An XLR Balanced Audio Switch Box
Here’s a nice shack project for those who run a balanced audio set up. The box allows for a single XLR Balanced input and then two user selectable outputs – either ‘A’ or ‘B’. This would then allow the user to have a microphone on the input and have a choice of selectable outputs.
The outputs could be anything that suits. For instance, Output ‘A’ could go direct to the radio and output ‘B’ could go to an audio rack/EQ and the like – so giving you two separate tailored audio solutions.
Switching is achieved using FTR-K1 Fujitsu SPDT 12v relays and using 1 relay per switching line gives excellent isolation. All 3 lines from the XLR connector are switched plus the 4th [optional] chassis ground, although not everyone uses this 4th connection.
The box also has a good RF filtering circuit using a similar setup [but slightly cut-down circuit] to that used in W2IHY’s iBox, but minus the transformer. We’ll have another project where you can build a similar unit to the iBox [complete with transformer] at a later date.
The actual build will commence in the Spring so you can follow the progress here on Q82.uk
Schematic update to V1.1 – April 1st 2023
Update: April 2023: I’ve managed to start the build and whilst searching for a suitable enclosure, I managed to get a £25.00 ‘Farnell’ enclosure [new] from eBay for a fiver [It’s advertised as being RF shielded [a bonus] – so that’s a result. Using the pillar drill, you can see the three XLR sockets used. Two are ‘Amphenol’ [New Old Stock from eBay] and one is a ‘Switchcraft’ – so both premium manufacturers. There’s a small toggle switch, an LED and a DC power input plug and socket. The base of the enclosure is also drilled up with some small insulators ready to mount the Veroboard homebrew PCB.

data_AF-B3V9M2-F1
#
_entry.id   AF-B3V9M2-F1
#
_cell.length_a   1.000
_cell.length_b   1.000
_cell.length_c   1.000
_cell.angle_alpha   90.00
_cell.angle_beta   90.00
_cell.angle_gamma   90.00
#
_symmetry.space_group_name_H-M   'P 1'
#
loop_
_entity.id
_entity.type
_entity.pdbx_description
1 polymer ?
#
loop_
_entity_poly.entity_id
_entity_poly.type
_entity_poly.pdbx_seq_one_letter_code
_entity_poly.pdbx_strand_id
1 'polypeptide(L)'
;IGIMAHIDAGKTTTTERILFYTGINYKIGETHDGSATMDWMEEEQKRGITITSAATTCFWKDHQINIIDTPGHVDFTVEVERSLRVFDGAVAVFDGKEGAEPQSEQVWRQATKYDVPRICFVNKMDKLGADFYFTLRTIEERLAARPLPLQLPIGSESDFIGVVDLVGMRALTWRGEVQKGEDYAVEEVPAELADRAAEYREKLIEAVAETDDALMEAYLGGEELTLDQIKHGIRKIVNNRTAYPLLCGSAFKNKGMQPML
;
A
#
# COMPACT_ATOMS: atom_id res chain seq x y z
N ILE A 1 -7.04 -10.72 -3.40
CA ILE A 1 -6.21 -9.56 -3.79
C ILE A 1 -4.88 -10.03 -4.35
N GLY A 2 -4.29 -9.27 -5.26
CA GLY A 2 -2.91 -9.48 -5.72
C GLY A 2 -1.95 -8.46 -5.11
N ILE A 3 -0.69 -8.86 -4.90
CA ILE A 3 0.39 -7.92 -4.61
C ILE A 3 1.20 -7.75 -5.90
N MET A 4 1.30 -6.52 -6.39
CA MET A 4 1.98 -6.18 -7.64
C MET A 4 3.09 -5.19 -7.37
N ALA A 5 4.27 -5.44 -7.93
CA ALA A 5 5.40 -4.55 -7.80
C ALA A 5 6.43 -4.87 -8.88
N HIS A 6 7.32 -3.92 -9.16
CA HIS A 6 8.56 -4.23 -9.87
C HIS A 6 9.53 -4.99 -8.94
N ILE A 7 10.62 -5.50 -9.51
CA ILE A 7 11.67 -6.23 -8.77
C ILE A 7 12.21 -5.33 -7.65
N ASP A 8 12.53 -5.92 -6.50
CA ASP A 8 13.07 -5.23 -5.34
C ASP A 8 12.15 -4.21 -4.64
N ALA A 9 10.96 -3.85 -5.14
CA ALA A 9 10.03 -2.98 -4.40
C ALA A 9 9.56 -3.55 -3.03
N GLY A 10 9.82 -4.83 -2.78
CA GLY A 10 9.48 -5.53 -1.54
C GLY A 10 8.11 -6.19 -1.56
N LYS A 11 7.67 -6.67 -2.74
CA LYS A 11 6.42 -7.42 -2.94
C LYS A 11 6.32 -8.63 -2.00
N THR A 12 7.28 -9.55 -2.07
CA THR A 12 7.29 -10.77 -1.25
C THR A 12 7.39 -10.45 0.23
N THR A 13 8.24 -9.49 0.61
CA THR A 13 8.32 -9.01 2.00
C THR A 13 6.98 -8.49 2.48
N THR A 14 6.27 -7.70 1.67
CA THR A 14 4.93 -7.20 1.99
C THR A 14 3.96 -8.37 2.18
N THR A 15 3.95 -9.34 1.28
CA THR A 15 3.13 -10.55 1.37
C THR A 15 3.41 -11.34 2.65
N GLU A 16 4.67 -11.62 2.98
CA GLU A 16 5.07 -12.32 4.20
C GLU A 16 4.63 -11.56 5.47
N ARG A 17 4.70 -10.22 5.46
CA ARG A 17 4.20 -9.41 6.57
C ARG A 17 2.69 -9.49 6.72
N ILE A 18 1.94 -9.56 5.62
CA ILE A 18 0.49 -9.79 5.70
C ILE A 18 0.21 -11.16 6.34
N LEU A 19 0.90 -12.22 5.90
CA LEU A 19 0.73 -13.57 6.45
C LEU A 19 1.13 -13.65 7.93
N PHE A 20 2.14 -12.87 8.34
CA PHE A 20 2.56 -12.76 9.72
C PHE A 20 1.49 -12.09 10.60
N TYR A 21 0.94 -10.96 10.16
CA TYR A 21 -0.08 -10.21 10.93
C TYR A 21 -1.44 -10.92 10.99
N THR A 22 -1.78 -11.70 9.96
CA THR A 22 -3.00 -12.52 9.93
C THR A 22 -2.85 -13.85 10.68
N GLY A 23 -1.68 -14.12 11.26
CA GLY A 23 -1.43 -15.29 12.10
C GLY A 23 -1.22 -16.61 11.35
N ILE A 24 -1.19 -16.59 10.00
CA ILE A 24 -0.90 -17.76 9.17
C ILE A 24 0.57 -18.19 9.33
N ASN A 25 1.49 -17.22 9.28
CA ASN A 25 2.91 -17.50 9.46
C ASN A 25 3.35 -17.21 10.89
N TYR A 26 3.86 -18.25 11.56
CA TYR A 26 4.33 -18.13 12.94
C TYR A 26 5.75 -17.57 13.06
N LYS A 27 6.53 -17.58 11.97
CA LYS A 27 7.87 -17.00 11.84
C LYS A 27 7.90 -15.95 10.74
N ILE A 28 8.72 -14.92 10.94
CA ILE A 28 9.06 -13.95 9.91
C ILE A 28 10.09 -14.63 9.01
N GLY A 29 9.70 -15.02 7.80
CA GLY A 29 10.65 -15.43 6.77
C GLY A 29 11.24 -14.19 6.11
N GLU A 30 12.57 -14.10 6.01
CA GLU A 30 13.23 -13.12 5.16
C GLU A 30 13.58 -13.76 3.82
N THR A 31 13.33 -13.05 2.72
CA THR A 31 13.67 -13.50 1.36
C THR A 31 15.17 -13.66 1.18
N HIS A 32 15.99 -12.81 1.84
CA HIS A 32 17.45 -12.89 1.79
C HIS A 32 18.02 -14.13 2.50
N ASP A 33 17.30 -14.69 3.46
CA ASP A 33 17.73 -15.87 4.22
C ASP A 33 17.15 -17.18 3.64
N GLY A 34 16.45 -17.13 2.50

Here’s the PCB from a small piece of Veroboard. The 4 x FTR-K1 Fujitsu relays are mounted on the opposite side. 1N4007 ‘Flyback’ diodes are fitted to each relay and 2 small 470uf RF chokes can be seen. Saying that – the chokes were removed as they need to sit in a slightly different position and on the wires nearest the sockets.
I’ve now had a chance to assemble everything and a ‘dry’ test prior to assembly confirmed all the switching worked as intended [always a bonus]. Remember, this isn’t just a single line switch. The relays switch all 4 lines. If the unit is not connected to a 12v supply [or is turned off], then Output ‘A’ is ‘On’ by default and can used as a passive switch. If you switch on the power, then Outputs ‘A‘ and ‘B‘ can be fully switched as required.
So – next job is to finish the assembly and a tidy up. Then it’s a test in the shack.
More on how she works out later.
Schematic has been created using KiCAD V7 which is an open-source community driven program.